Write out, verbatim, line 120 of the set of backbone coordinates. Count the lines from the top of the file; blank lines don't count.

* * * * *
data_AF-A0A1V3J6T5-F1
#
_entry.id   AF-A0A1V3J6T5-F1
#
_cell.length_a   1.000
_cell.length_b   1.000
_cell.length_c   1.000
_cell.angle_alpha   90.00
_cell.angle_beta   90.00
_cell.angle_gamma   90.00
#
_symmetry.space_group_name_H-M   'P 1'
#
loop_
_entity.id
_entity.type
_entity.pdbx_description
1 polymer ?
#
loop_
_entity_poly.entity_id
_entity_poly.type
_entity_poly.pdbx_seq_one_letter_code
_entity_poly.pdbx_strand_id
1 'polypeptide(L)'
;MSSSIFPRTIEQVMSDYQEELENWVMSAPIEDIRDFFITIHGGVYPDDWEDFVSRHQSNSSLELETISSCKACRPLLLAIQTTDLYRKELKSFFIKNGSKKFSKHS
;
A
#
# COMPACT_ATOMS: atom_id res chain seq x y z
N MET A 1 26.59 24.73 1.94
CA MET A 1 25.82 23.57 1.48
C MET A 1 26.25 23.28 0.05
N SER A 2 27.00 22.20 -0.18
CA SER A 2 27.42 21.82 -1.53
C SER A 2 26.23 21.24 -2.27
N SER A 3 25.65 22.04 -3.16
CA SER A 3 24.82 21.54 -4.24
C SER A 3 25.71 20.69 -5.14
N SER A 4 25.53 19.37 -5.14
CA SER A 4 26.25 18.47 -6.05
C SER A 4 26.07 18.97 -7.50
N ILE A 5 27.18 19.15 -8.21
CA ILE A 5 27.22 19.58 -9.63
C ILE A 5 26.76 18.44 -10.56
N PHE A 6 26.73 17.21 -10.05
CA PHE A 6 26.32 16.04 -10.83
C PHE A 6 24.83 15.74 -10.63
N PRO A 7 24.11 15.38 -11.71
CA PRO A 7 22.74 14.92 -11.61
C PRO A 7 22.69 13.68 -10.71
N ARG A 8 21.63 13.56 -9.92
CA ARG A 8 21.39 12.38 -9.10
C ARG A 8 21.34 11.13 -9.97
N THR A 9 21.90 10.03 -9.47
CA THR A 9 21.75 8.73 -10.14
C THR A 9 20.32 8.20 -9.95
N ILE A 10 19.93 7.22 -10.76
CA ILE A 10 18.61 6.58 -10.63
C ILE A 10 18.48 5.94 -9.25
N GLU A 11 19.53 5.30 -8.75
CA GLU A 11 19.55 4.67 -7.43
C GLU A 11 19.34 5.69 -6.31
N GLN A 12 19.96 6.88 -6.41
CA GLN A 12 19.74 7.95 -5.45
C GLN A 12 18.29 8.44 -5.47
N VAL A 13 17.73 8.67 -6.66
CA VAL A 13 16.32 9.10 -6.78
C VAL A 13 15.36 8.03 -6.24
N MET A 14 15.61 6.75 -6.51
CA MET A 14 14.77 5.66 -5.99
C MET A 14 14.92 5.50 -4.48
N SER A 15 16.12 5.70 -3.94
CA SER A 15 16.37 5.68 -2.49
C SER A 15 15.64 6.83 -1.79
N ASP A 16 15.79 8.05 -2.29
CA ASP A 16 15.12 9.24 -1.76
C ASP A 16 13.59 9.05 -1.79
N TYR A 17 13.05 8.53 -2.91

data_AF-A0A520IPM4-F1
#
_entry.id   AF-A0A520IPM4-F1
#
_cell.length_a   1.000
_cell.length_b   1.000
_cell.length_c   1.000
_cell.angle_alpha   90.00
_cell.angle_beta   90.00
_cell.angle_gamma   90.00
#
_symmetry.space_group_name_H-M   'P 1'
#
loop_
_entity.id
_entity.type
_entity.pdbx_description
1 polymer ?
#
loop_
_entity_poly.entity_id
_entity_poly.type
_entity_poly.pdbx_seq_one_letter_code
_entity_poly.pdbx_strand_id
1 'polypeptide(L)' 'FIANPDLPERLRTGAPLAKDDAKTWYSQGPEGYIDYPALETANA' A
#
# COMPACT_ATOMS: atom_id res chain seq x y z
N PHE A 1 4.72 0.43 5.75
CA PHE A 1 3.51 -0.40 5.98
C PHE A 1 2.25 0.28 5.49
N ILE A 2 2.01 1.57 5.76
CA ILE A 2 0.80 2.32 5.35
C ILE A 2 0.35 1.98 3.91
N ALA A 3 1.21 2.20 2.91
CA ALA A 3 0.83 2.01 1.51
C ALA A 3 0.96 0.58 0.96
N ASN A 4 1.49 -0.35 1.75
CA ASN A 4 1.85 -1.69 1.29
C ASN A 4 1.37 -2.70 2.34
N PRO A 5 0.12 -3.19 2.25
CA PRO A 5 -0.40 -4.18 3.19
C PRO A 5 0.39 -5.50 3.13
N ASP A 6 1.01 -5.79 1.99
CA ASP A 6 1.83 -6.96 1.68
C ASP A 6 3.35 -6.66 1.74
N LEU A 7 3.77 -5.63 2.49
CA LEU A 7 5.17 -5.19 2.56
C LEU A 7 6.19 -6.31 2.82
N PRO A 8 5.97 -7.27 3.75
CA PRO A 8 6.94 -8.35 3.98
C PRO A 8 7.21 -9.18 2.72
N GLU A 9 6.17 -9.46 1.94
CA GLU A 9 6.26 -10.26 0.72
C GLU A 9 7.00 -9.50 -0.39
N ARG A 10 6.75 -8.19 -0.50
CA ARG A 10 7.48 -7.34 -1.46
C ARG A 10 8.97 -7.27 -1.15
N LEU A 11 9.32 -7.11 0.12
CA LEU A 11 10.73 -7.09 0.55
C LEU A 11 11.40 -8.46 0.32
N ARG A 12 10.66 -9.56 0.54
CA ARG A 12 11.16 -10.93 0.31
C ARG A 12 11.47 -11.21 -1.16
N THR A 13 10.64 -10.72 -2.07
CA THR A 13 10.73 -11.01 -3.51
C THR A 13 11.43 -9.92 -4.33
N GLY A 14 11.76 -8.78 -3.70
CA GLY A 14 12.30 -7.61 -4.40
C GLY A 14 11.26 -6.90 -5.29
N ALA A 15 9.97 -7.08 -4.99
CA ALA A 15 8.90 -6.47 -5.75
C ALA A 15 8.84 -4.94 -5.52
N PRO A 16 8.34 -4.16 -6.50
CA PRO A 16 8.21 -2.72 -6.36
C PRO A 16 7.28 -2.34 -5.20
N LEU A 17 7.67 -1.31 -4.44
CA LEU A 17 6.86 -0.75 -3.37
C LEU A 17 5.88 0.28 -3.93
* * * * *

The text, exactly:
CA PRO A 5 -0.40 -4.18 3.19